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Should students study Shakespeare?At school we are studying Shakespeare and I want to...
Topic: William ShakespeareShould students study Shakespeare?
At school we are studying Shakespeare and I want to know what your perspective is on the topic? I agree with the statement- but maybe teaching style should be changed. Shakespeare was not written to be words on a page.
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High School Teacher
Hmmm. I'm gathering from your comments that while you think it is important to study Shakespeare and see the value of it, you're in a setting where the class is simply reading words rather than enjoying the richness of Shakespeare's language, characters, and storylines. If that's so, it is a shame. Plays, in general, are meant to be seen as well as heard, and students would undoubtedly benefit from acting out at least some of the play. (Have you tried, respectfully, asking your teacher if your class can do such a thing?)
Shakespeare should continue to be taught in school, and part of that should include some kind of acting-out of some scenes, at least. Let me remind you, though, that sometimes worthwhile things are more difficult than we like them to be, so don't get discouraged if you have to work or read something multiple times before you feel like you understand something. By the way, there's always the option of gathering a group on your own for an after-school study session and acting things out for yourselves. I'm guessing it would be fun!
Posted by auntlori on July 26, 2011 at 11:16 AM (Answer #2)
Shakespeare is AMAZING. We have been studying it for ages so obviously there is something half decent about him. Shakespeare's writing is considered to be the pinnacle of literature greatness. Every piece of writing Shakespeare has produced has many meanings that can be related to everyday life. Each of his characters represent people that can be transferred to modern life. Even though his works were written many years ago, they can still be enjoyed and 'modernised' so they can sound like great stories that were written in todays times. Unlike other stories, his never age.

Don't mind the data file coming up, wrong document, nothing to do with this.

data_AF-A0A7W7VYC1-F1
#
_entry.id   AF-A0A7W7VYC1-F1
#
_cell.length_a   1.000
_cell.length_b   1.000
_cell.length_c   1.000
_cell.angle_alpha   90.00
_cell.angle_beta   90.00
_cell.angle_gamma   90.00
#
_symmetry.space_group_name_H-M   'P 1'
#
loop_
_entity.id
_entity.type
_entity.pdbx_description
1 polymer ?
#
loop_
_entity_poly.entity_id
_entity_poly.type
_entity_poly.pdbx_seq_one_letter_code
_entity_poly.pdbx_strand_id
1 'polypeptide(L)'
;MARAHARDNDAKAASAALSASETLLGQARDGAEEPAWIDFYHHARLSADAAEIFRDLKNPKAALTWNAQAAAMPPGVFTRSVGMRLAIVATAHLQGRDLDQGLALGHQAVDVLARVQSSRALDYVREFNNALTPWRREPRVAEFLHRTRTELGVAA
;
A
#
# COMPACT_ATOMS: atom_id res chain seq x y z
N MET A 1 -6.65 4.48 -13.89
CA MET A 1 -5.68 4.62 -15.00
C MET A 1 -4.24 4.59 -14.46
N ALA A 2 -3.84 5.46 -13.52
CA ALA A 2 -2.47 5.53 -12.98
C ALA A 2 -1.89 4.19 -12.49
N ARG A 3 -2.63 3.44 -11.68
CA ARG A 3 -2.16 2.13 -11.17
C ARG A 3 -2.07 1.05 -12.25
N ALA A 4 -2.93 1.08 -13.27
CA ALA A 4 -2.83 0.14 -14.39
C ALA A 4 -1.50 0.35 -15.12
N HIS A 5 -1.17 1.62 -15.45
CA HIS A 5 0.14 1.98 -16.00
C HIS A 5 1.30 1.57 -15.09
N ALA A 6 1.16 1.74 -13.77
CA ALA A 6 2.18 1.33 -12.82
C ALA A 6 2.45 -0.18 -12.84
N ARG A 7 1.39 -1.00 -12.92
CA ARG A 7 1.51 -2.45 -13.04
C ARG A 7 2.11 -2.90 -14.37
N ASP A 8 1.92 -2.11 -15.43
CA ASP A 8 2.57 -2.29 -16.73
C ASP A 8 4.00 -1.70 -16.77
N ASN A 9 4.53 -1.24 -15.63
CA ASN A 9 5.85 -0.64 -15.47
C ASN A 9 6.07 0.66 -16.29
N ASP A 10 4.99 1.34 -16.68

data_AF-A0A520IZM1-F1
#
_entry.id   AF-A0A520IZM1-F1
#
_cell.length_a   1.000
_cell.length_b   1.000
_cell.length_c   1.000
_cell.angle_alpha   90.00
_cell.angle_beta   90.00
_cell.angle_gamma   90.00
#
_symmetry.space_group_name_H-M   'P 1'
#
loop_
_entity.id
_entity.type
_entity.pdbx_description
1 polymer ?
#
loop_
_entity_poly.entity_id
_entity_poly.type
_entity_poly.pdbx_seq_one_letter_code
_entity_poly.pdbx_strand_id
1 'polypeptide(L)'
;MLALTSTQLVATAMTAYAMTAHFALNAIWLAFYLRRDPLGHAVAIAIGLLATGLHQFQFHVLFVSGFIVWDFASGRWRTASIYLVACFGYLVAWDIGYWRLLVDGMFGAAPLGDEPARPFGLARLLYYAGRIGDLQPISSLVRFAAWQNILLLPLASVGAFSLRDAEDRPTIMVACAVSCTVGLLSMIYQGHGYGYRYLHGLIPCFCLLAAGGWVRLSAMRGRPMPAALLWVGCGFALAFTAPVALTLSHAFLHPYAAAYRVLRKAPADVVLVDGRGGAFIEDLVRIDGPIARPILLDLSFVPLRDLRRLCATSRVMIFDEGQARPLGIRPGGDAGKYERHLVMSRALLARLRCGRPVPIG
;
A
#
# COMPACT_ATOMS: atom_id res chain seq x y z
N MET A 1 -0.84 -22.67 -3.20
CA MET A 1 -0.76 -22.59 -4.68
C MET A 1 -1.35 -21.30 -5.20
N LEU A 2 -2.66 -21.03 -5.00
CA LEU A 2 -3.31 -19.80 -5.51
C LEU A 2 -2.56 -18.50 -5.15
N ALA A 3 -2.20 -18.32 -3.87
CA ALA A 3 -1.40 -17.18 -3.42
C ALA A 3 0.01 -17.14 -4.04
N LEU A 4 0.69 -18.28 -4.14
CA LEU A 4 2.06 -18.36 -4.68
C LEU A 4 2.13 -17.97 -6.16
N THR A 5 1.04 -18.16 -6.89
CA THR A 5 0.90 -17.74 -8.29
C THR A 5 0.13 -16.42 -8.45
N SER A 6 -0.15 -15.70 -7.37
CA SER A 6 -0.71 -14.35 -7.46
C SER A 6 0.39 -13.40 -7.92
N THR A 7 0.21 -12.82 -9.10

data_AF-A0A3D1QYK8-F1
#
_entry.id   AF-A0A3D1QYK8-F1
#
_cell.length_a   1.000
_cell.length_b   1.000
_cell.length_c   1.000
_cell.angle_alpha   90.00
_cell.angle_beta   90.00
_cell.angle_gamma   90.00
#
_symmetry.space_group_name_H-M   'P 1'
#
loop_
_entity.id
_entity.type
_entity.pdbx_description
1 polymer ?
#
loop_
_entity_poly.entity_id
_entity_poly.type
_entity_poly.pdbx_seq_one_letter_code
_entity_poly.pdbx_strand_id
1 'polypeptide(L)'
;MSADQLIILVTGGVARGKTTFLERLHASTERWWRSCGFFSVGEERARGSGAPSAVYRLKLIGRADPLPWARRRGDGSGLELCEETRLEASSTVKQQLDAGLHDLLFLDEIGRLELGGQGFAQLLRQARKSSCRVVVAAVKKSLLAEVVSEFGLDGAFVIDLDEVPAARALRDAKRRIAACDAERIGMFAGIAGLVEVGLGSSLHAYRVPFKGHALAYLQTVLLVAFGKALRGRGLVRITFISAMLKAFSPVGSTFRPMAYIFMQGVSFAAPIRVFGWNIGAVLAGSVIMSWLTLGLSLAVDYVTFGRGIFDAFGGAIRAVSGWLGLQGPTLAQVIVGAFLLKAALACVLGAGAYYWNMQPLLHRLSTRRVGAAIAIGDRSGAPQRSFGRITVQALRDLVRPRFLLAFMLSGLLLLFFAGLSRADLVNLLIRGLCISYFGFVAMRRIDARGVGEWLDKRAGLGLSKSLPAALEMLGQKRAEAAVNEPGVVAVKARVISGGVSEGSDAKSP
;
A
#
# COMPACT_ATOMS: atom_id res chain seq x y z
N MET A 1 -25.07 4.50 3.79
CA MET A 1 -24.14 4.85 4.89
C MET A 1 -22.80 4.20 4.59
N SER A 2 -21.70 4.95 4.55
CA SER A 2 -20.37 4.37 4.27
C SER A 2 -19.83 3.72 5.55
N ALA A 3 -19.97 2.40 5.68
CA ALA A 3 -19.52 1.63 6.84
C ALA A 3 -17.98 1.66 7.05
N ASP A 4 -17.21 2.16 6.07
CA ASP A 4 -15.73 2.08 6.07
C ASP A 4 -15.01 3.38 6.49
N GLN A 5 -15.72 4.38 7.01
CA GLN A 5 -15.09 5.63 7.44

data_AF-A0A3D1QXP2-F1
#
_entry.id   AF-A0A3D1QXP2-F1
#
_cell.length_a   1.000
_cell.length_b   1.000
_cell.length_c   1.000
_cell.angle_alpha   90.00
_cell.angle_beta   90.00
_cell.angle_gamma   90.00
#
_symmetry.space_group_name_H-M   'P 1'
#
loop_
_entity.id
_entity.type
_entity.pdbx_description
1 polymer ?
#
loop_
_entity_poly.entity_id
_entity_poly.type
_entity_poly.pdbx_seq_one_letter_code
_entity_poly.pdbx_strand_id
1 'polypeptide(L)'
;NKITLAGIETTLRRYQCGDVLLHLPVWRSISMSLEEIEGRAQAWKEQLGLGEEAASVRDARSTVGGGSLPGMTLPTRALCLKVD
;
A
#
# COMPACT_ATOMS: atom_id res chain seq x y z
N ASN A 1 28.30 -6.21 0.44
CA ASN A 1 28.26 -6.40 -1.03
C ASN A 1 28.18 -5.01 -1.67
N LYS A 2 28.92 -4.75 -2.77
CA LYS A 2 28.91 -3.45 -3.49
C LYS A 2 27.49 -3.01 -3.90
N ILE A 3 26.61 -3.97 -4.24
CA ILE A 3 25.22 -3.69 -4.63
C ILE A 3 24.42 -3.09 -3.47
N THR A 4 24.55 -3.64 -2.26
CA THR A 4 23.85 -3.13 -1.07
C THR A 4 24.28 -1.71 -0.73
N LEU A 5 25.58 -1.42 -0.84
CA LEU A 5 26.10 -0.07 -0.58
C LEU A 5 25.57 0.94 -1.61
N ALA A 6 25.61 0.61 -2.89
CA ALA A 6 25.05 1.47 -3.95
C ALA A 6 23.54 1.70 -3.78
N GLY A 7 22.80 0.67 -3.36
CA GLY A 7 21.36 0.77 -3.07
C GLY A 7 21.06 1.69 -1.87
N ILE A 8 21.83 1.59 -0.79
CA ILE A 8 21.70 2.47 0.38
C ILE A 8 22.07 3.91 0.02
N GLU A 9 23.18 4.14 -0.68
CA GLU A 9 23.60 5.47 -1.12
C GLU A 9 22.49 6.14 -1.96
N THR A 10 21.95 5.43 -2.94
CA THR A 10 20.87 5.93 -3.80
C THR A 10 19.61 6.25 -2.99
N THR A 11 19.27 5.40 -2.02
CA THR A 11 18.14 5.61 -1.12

Shakespeare's language is also rich and deep. Even though when reading it for the first time it may seem illegible, taking time to read it again and immerse yourself in the language, it is actually poetic in nature.
Because of the aforementioned reason, Shakespeare does sound best when used in performances and plays. The poetic ebb and flow of his words sound great when spoken, and the true immersive nature of his plays starts to become more prominant.
All in all, we study Shakespeare because he is an awesome story writer.
Posted by robot-ninja-sheep on July 26, 2011 at 11:17 AM (Answer #3)
Middle School Teacher
Posted by litteacher8 on July 26, 2011 at 12:04 PM (Answer #4)
I think that Shakespearean language should be updated to be more modern and understandable.
Students in non-English speaking countries study Shakespeare, but they do not do so in archaic forms of their languages. Somehow, they still manage to get the benefits of studying this author.
I would argue that the value of Shakespeare's work is in what it says about the human condition. Yes, the language is (at times) magnificent, but much of the time, the language does not really add anything to our understanding and in fact detracts from it because it is so hard to understand.
So I would love to see Shakespeare modernized in a way that would preserve some of the most famous parts (the "to be or not to be" soliloquy and other such things) but would put the rest in more understandable language.
Posted by pohnpei397 on July 26, 2011 at 12:41 PM (Answer #5)